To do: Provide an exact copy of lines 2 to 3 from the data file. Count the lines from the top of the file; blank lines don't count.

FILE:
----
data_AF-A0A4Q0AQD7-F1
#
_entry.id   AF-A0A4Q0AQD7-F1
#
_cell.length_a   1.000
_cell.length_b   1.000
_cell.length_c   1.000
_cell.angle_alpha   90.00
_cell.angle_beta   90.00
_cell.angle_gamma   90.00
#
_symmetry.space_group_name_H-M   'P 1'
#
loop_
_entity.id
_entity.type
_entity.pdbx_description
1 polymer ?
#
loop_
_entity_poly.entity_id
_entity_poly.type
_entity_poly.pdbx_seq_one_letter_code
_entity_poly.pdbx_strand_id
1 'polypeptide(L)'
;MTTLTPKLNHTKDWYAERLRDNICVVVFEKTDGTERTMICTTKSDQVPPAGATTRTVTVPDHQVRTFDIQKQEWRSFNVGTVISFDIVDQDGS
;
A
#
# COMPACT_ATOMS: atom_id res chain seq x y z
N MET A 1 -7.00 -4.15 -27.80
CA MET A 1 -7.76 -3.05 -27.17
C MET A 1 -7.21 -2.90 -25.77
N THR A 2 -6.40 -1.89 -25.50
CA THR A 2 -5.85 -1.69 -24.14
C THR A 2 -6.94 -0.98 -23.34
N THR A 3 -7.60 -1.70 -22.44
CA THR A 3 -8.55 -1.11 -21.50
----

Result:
#
_entry.id   AF-A0A4Q0AQD7-F1